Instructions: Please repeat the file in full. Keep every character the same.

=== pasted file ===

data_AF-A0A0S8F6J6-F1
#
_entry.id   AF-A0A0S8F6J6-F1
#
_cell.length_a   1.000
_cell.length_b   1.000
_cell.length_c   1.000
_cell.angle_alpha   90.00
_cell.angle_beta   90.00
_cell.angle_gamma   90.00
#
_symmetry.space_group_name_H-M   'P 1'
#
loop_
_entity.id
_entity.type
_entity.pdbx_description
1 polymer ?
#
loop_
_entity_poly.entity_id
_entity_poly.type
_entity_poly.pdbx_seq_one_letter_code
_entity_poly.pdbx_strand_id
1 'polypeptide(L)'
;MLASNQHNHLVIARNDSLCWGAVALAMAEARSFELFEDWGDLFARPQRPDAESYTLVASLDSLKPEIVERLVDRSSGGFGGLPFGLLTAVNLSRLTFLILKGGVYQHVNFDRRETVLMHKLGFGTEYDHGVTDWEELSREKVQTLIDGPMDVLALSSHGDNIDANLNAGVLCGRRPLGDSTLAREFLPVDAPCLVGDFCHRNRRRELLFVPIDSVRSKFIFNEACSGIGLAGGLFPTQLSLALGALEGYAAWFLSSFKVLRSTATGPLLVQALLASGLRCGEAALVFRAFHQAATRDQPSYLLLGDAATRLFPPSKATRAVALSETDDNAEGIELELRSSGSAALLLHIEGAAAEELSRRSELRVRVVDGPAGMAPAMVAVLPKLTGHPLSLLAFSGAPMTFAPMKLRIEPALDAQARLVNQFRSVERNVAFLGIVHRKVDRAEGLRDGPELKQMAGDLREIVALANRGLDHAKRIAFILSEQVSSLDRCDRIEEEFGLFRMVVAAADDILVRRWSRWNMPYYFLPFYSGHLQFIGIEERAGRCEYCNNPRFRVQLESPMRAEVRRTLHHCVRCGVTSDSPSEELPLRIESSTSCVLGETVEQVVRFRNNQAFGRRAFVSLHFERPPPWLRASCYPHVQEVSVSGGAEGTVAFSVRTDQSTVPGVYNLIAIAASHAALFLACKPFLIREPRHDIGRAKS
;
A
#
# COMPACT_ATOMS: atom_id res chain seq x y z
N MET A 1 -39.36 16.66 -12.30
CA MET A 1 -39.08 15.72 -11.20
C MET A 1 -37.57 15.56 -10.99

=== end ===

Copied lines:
data_AF-A0A0S8F6J6-F1
#
_entry.id   AF-A0A0S8F6J6-F1
#
_cell.length_a   1.000
_cell.length_b   1.000
_cell.length_c   1.000
_cell.angle_alpha   90.00
_cell.angle_beta   90.00
_cell.angle_gamma   90.00
#
_symmetry.space_group_name_H-M   'P 1'
#
loop_
_entity.id
_entity.type
_entity.pdbx_description
1 polymer ?
#
loop_
_entity_poly.entity_id
_entity_poly.type
_entity_poly.pdbx_seq_one_letter_code
_entity_poly.pdbx_strand_id
1 'polypeptide(L)'
;MLASNQHNHLVIARNDSLCWGAVALAMAEARSFELFEDWGDLFARPQRPDAESYTLVASLDSLKPEIVERLVDRSSGGFGGLPFGLLTAVNLSRLTFLILKGGVYQHVNFDRRETVLMHKLGFGTEYDHGVTDWEELSREKVQTLIDGPMDVLALSSHGDNIDANLNAGVLCGRRPLGDSTLAREFLPVDAPCLVGDFCHRNRRRELLFVPIDSVRSKFIFNEACSGIGLAGGLFPTQLSLALGALEGYAAWFLSSFKVLRSTATGPLLVQALLASGLRCGEAALVFRAFHQAATRDQPSYLLLGDAATRLFPPSKATRAVALSETDDNAEGIELELRSSGSAALLLHIEGAAAEELSRRSELRVRVVDGPAGMAPAMVAVLPKLTGHPLSLLAFSGAPMTFAPMKLRIEPALDAQARLVNQFRSVERNVAFLGIVHRKVDRAEGLRDGPELKQMAGDLREIVALANRGLDHAKRIAFILSEQVSSLDRCDRIEEEFGLFRMVVAAADDILVRRWSRWNMPYYFLPFYSGHLQFIGIEERAGRCEYCNNPRFRVQLESPMRAEVRRTLHHCVRCGVTSDSPSEELPLRIESSTSCVLGETVEQVVRFRNNQAFGRRAFVSLHFERPPPWLRASCYPHVQEVSVSGGAEGTVAFSVRTDQSTVPGVYNLIAIAASHAALFLACKPFLIREPRHDIGRAKS
;
A
#
# COMPACT_ATOMS: atom_id res chain seq x y z
N MET A 1 -39.36 16.66 -12.30
CA MET A 1 -39.08 15.72 -11.20
C MET A 1 -37.57 15.56 -10.99